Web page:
This text introduces students to the core concepts and principles of public health: the nature and scope of public health; its history; an introduction to health determinants and epidemiology; evidence-based practice in public health and understanding public health data plus more.
Biological threats like SARS and natural disasters like the tsunami in Indonesia have devastated entire regions, and quickly exhausted budgetary resources. As the field of environmental health continues to evolve, scientists and others must focus on gaining a better understanding of the links between human health and various environmental factors, and on creating new paradigms and partnerships needed to address these complex environmental health challenges facing society. Global Environmental Health in the 21st Century: From Governmental Regulations to Corporate Social Responsibility: Workshop Summary discusses the role of industry in environmental health, examines programs designed to improve the overall state of environmental health, and explores how governmental and corporate entities can collaborate to manage this industry. Stakeholders in both the public and private sectors are looking for viable solutions as the complexity of societal problems and risks associated with management and varying regulatory standards continue to increase. Global Environmental Health in the 21st Century draws critical links and provides insight into the current shape of global environmental health. The book recommends expanding environmental management systems (EMS) to encompass a more extensive global network. It also provides a complete assessment of the benefits and costs resulting from implementation of various environmental management systems.
Grounded in a transdisciplinary approach, this groundbreaking text provides extensive, evidence-based information on the value of communities as the primary drivers of their own health and well-being. It describes foundational community health concepts and procedures and presents proven strategies for engaging communities as resources for their own health improvement├▒an important determinant of individual well-being. It is based on recommendations by the World Health Organization's International Classification of Functioning, Disability and Health and on the premise that healthy communities are those with populations that participate in their own health promotion, maintenance, and sustenance. The book is unique in its integration of environmental and social justice issues as they significantly affect the advancement of community health. The text focuses on community-oriented health interventions informed by prevention, inclusiveness, and timeliness that both promote better health and are more cost effective than individually focused interventions. It addresses the foundations of community-oriented health services including their history, social determinants, concepts, and policies as well as the economics of community-oriented health services and health disparities and equity. It covers procedures for designing, implementing, monitoring, and evaluating sustainable community health coalitions along with tools for measuring their success. Detailed case studies describe specific settings and themes in U.S. and international community health practice in which communities are both enactors and beneficiaries. An accompanying instructor's manual provides learning exercises, field-based experiential assignments, and multiple-choice questions. A valuable resource for students and practitioners of education, public policy, and social services, this book bridges the perspectives of environmental justice, public health, and community well-being and development, which, while being mutually interdependent, have rarely been considered together. KEY FEATURES: Offers a new paradigm for improving public health through community-driven health coalitions Includes evidence-based strategies for engaging communities in the pursuit of health Demonstrates how to design, implement, monitor, and evaluate community health partnerships Presents transdisciplinary approaches that consider environmental and social justice variables Includes contributions of international authors renowned in community health research and practice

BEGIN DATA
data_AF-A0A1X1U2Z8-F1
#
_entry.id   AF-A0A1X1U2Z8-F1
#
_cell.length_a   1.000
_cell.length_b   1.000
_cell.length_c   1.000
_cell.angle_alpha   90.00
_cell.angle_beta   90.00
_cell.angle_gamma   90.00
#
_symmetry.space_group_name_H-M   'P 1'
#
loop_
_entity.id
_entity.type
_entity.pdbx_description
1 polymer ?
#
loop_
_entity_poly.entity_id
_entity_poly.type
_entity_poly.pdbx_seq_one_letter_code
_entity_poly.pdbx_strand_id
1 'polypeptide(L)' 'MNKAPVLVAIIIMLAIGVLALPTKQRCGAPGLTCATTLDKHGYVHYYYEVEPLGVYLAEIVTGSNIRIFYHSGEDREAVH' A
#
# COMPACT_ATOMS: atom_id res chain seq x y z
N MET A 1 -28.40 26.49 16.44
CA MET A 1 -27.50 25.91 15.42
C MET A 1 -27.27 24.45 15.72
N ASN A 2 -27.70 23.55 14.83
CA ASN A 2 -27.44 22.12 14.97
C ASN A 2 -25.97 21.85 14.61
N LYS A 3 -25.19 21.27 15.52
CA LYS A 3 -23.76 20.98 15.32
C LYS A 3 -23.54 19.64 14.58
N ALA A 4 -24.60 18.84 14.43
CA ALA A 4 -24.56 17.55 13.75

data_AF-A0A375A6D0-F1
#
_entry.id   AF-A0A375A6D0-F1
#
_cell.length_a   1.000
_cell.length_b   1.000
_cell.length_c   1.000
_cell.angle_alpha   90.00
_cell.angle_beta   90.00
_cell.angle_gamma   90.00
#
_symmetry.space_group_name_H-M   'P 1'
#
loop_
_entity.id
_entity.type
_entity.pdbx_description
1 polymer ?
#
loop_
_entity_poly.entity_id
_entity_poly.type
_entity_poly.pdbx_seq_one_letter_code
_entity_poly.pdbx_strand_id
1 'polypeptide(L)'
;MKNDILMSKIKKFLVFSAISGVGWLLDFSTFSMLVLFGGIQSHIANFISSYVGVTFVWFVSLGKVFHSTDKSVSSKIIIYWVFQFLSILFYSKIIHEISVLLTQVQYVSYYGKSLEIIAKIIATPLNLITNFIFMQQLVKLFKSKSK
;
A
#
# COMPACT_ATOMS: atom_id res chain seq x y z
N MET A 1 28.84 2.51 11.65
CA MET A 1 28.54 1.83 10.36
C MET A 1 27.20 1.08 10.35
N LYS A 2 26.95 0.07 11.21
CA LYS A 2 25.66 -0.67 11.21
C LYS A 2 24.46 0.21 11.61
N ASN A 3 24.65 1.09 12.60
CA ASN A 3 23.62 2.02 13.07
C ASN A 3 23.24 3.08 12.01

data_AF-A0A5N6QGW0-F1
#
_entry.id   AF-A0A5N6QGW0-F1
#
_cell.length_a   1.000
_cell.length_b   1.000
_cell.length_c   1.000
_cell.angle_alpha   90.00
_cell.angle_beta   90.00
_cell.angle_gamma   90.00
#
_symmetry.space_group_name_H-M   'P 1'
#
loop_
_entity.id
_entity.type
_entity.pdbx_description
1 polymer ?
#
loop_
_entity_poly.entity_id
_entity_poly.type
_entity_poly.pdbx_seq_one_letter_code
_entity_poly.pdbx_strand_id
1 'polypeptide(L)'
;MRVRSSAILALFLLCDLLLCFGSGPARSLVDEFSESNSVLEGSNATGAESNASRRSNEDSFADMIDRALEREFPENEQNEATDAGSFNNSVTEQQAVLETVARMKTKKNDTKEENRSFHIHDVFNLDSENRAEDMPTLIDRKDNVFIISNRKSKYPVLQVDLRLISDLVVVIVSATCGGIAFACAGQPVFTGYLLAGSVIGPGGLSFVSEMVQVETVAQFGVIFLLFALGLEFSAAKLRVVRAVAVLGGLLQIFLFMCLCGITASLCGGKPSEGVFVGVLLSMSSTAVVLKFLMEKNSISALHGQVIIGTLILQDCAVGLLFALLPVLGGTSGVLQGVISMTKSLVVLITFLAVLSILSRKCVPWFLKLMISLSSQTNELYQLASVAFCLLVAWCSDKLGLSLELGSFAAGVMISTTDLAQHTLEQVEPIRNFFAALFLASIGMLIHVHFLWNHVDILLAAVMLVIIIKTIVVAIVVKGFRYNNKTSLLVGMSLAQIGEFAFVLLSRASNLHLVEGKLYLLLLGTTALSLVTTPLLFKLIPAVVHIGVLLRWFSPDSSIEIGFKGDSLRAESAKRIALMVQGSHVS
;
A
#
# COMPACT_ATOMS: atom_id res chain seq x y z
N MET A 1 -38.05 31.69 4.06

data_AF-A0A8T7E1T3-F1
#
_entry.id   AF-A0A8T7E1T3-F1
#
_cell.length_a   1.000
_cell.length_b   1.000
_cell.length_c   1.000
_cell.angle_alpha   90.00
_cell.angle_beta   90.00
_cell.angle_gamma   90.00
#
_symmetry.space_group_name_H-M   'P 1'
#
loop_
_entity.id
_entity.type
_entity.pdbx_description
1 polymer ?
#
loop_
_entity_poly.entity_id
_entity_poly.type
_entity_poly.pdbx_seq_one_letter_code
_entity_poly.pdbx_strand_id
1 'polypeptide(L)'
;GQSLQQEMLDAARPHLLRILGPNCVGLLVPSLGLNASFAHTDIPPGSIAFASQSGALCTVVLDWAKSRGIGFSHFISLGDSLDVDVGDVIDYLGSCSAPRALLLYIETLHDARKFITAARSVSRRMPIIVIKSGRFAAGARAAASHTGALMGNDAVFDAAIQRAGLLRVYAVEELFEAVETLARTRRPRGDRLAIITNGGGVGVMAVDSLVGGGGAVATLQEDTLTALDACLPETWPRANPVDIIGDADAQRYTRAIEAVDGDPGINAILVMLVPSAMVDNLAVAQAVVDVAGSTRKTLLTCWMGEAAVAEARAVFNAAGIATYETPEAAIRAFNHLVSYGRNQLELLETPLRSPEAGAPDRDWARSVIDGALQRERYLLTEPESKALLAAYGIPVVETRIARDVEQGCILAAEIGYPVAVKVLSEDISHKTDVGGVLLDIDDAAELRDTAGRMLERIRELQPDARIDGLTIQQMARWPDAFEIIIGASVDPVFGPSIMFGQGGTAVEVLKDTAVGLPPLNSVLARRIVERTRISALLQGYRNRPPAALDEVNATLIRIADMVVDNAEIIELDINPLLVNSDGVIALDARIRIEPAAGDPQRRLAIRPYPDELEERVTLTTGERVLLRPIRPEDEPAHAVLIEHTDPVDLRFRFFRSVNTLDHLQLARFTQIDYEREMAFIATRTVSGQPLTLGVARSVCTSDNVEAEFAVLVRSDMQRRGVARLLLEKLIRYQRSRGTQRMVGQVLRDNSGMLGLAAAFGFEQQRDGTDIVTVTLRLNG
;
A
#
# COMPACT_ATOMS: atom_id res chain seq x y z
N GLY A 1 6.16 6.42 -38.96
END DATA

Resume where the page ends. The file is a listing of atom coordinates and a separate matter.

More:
The issues surrounding water services are some of the most critical challenges facing not only the United States, but also the global community today. The Roundtable on Environmental Health Sciences, Research, and Medicine of the Institute of Medicine convened a workshop in October 2007, summarized in this volume, to address objectives related to Sustainable Water, Sanitation, and Hygiene Services. One of the objectives of the workshop was to think about the interdependence of environmental health and human health as connected through water. Organizations cannot discuss water without considering the interrelationship of sanitation and hygiene. It is the convergence of these strategies that promotes healthy outcomes for both individuals and the environment. A second objective of the workshop was to consider how planning, management, and interdisciplinary approaches-including technology, social behavioral issues, gender, health, environment, economic, and political aspects-can be integrated to arrive at sustainable solutions. Many organizations and agencies are trying to forge a path toward sustainable practices in water, but the various sectors utilizing and governing water services are not interconnected. More integration and a greater understanding of holistic approaches are needed.